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Jacinda Ardern named New Zealand PM

New Zealand’s rookie Labour leader, Jacinda Ardern, will become the nation’s new Prime Minister after winning the backing of a small nationalist party that wants to curb the effects of capitalism.

“I want to start by saying that is an absolute honour and a privilege to have the ability as the leader of the New Zealand Labour Party to form a Government for all New Zealanders,” Ms Ardern said on Thursday.

Ms Ardern, 37, will have the numbers to form a left-leaning coalition government after Winston Peters, the leader of the New Zealand First party, said it would support a Labour-led coalition that will also rely on Greens Party support.

Mr Peters’ dramatic announcement late on Thursday ended weeks of political uncertainty after the result of New Zealand’s September 23 election was inconclusive.

He flagged a substantial change in direction for New Zealand including policies to restrain the operation of free markets.

“We believe capitalism must regain its human face,” he said.

Ms Arden’s unexpected victory is awkward for the Turnbull Government after Foreign Minister Julie Bishop said in August she “would find it very hard to build trust” with a Labour-led government in New Zealand.

At the time she was responding to allegations that the ALP had used a New Zealand counterpart to raise questions about Deputy Prime Minister Barnaby Joyce’s Kiwi citizenship in the New Zealand parliament.

“This is highly unethical at least but more importantly it puts at risk the relationship between the Australian government and the New Zealand government,” Ms Bishop said.

Ardern said she will make a trip to Australia as soon as possible.

It is understood Prime Minister Malcolm Turnbull sent a text message congratulating Ms Ardern soon after Mr Peters’ said he would back Labour.

Mr Turnbull also spoke to Ms Ardern on Thursday evening to convey his congratulations on her election victory.

Both leaders said they look forward to working together – close to home and around the world – and also to meeting face-to-face at an early opportunity.

Ms Bishop also congratulated Ms Ardern on her election, telling Channel Nine the two countries enjoyed a “very strong and deep” relationship and that she was “looking forward to working with the new government” of New Zealand.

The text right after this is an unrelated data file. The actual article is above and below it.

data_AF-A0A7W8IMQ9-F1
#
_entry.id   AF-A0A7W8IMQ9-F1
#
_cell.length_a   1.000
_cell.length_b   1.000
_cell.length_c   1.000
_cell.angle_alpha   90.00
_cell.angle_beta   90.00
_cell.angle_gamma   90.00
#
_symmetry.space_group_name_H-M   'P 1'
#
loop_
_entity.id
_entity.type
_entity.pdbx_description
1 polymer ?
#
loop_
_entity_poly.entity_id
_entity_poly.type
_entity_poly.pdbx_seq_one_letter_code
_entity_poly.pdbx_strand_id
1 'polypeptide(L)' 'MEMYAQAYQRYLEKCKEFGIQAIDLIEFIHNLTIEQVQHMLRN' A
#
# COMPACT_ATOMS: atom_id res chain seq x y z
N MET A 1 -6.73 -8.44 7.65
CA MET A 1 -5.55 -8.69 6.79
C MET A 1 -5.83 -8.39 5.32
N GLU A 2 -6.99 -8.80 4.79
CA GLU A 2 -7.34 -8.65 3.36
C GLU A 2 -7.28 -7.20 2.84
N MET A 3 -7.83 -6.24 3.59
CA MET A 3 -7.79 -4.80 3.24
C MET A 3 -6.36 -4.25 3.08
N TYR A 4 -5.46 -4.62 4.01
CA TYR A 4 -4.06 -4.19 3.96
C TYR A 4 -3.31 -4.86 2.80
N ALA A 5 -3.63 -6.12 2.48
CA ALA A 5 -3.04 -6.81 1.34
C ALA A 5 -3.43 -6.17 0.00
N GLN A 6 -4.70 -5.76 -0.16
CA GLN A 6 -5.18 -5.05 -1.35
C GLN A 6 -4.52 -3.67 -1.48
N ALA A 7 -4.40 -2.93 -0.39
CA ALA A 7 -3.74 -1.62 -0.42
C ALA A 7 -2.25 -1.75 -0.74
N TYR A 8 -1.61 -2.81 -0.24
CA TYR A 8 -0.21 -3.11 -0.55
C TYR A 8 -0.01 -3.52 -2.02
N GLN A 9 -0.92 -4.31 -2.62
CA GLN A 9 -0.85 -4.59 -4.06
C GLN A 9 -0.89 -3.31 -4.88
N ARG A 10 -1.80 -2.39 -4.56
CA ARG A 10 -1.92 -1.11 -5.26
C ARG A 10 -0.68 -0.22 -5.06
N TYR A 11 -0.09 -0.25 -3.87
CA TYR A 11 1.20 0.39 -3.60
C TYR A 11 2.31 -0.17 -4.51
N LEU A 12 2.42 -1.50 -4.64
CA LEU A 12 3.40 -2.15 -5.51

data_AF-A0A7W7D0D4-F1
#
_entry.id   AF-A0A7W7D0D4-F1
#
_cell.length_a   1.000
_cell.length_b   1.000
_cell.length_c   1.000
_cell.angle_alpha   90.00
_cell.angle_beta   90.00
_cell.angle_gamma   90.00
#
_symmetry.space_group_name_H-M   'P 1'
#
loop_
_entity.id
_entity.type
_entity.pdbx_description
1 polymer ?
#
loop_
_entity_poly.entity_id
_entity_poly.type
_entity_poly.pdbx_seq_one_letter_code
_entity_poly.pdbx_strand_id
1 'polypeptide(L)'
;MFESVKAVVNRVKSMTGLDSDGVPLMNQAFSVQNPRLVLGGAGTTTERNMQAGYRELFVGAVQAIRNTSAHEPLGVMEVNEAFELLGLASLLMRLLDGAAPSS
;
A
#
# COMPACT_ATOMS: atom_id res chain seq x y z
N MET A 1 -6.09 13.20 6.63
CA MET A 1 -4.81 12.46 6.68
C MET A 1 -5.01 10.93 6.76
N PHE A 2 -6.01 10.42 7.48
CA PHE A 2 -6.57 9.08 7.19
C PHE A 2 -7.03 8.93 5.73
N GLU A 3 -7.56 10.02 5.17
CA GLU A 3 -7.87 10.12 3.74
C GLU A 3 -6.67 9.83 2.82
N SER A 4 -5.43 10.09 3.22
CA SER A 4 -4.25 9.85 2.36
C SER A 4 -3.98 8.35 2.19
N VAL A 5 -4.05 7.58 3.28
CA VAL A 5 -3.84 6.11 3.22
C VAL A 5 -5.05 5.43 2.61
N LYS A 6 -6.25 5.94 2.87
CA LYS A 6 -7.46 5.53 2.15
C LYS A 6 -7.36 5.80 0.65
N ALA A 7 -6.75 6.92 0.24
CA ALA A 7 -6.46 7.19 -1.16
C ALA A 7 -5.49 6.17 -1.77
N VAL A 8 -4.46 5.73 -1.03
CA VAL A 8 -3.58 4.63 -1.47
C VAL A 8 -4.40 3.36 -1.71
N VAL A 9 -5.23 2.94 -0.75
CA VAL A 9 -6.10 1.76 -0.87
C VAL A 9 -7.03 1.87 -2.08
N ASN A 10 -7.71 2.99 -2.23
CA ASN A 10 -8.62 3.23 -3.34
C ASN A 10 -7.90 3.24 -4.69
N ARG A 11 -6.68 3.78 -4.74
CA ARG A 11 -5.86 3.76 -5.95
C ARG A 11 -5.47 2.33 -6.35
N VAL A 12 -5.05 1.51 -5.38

Opposition Leader Bill Shorten was quick to congratulate Ms Ardern as well, saying she brought “extraordinary energy” to the Labour leadership.

“In electing their third woman to serve as prime minister, New Zealanders have again provided an inspiration for women and girls around the world,” he said in a statement.

Ms Ardern will take over from Prime Minister Bill English, whose centre-right National Party has governed New Zealand for nine years.

The New Zealand dollar fell sharply after Mr Peters’ announcement amid uncertainly about the new government’s policy agenda.

Ms Ardern only became the of New Zealand Labour leader on August 1 but had an immediate impact on New Zealand politics. She campaigned on the slogan “Let’s do this.”

Volatile opinion polls had shown a neck-and-neck race, but the ruling National Party of Prime Minister Bill English had led in opinion polls up until the polling day.

The Nationals won a bigger share of seats than any other party but was short of a majority.

Ms Arden, who elected to parliament in 2008 as its youngest sitting member, will join a crop of Generation X national leaders elected recently including French President Emmanuel Macron (39 years) and Canadian Prime Minister Justice Trudeau (45 years).

Mr Peters said he did not tell Ms Ardern what he had decided before making the announcement that he would back Labour


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